After a tricky 2016, we’re headed to a more stable financial position with a bit more visibility on how 2017 will shape up.
Also, we’re very excited to report that Ruth Ku has accepted the offer we extended her to become our first VP of Finance, and we’ll be excited to welcome her to the team in January 2017. I look forward to assist Ruth onboard, and build solid foundations for Buffer in the years to come!
How seasonality affects our bottom line
We’ve been thinking quite a bit about the relationship between our business experiments, seasonality and our revenue.
For instance, when we create a plan, such as Buffer for Business, it’s tricky to see how seasonality will affect conversions and churn – and by extension, revenue – before we’ve had the plan for a full year.
Looking at our largest-volume plans (Awesome plans, monthly and yearly – more information on our plans over here), we can get a better sense of how seasonality may affect us.
For instance, we’re anticipating a slower month of December for the Awesome Plan, and have tweaked our cash receipts projections accordingly. We’re expected December to be at best similar to November, and then January should make up for that quiet period.
The difference between cash receipts and accrued revenue
Buffer is a SaaS – Software as a Service business. This means that our 62,687 customers (as of Dec 5th) pay us on a recurring basis using Stripe.
At the end of each financial year – and as we go forward in our journey – it’s interesting to consider the difference between cash receipts and accrued revenue.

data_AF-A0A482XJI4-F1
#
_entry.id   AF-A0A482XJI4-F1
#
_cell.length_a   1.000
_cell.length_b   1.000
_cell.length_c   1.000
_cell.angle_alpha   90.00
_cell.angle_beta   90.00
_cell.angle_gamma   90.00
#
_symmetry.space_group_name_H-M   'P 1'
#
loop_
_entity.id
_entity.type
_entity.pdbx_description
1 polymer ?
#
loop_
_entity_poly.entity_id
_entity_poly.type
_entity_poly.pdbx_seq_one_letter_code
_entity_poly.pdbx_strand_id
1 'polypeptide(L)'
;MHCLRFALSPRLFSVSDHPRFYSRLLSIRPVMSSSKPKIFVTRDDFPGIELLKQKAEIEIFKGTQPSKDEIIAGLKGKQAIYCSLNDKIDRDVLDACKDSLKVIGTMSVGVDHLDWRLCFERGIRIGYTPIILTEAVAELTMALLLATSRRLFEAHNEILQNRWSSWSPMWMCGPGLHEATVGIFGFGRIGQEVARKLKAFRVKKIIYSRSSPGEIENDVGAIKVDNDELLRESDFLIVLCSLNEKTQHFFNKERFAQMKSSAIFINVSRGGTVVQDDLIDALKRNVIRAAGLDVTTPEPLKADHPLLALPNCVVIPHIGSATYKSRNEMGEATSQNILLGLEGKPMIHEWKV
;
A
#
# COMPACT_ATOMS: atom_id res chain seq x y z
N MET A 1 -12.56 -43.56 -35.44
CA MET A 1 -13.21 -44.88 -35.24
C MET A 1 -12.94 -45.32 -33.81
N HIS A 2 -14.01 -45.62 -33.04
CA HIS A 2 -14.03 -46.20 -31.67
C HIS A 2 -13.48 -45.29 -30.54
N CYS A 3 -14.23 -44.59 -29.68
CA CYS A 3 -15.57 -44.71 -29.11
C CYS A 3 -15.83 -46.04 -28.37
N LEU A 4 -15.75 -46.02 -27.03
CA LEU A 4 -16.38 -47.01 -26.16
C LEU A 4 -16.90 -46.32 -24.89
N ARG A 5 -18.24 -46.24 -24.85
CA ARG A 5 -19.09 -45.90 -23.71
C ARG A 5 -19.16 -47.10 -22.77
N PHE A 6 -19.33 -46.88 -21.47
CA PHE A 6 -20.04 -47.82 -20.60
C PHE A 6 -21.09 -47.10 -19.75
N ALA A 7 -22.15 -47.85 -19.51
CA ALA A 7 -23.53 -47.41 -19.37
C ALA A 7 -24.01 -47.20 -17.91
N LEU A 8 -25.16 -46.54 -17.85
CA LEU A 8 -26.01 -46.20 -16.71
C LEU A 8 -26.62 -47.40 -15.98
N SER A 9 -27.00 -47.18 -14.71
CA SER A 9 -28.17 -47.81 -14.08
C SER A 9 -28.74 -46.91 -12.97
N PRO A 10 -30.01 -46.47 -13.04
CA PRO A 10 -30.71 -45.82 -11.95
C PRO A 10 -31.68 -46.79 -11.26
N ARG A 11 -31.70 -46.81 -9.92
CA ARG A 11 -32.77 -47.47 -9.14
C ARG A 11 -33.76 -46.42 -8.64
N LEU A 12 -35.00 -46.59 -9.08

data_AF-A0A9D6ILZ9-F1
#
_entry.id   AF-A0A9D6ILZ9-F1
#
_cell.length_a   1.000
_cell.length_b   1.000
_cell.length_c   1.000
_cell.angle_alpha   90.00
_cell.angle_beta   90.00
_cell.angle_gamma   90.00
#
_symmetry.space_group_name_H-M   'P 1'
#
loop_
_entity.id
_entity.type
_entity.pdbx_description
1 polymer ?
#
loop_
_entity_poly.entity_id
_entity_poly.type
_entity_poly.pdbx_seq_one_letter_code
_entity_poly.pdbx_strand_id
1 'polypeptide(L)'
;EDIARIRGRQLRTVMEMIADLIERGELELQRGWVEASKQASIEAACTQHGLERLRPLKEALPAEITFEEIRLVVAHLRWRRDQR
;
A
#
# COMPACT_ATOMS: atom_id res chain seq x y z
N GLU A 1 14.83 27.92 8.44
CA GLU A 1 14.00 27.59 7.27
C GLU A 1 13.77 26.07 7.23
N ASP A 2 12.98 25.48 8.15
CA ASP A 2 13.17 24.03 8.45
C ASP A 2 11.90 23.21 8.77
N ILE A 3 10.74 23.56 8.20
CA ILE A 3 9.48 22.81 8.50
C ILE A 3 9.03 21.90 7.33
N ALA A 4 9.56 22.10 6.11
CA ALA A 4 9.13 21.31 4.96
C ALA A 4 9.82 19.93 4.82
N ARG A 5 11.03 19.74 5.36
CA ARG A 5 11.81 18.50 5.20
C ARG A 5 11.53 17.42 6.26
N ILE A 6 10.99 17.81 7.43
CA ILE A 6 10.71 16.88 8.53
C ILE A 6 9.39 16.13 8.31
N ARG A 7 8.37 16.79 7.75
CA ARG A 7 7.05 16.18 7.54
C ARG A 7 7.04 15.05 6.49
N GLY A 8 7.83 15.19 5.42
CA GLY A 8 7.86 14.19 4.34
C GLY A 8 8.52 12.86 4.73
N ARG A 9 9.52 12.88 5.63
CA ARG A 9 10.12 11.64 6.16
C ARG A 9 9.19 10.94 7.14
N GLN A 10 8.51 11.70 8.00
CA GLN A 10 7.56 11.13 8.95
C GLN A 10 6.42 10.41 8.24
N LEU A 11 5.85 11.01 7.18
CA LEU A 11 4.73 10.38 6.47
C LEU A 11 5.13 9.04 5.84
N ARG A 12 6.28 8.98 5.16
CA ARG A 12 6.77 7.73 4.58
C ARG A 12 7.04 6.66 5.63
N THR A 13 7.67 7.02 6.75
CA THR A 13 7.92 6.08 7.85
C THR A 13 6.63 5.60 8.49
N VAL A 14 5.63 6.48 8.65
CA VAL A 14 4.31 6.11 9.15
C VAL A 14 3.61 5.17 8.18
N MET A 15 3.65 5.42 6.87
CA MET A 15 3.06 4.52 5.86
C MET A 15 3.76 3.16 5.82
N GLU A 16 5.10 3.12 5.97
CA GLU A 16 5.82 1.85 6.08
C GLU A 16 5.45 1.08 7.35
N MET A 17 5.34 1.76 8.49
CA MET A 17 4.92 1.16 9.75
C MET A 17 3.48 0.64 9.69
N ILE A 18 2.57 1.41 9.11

- Cash receipts are what is handed to you by your customers at the time of the transaction: If a user decides to sign up to our Buffer Awesome Plan, she can either pay us $10 each month, or pay $102 upfront for a full year. In both instances, we will collect this cash immediately.
- Accrued revenue is the how we tie the money paid by customers to the moment in time where it belongs. Meaning, if our customer paid $102 for a yearly subscription, we’ll get all that money upfront on our bank account. Still, we’ll have to recognize that this $102 is a booking that will be spread over a 12-month period, effectively bringing us – in accrual accounting terms – one twelfth (that is, $102/12) each month: $8.5.
In order to be able to have all our accounts in order, it’s important for us to have data on both our cash receipts and our accrued revenue.
To recognize all revenue, we must take a “cohort” approach, where we need to consider all new subscribers to a yearly plan for a given month, and map revenue forward for the following 12 months. This approach is illustrated on the graph above, and it’s key for us to operate well here so that we can see waterfalls of revenue lined up.
At the end of the year, this is central to understand whether we’ll turn in a profit, or run at a loss. Either situation has interesting tax implications we must consider, in terms of cash flow and business health.
Over to you
Is there anything you’d love to learn more about? Anything we could share more of? We’d love to hear from you in the comments!
Check out more reports from November 2016: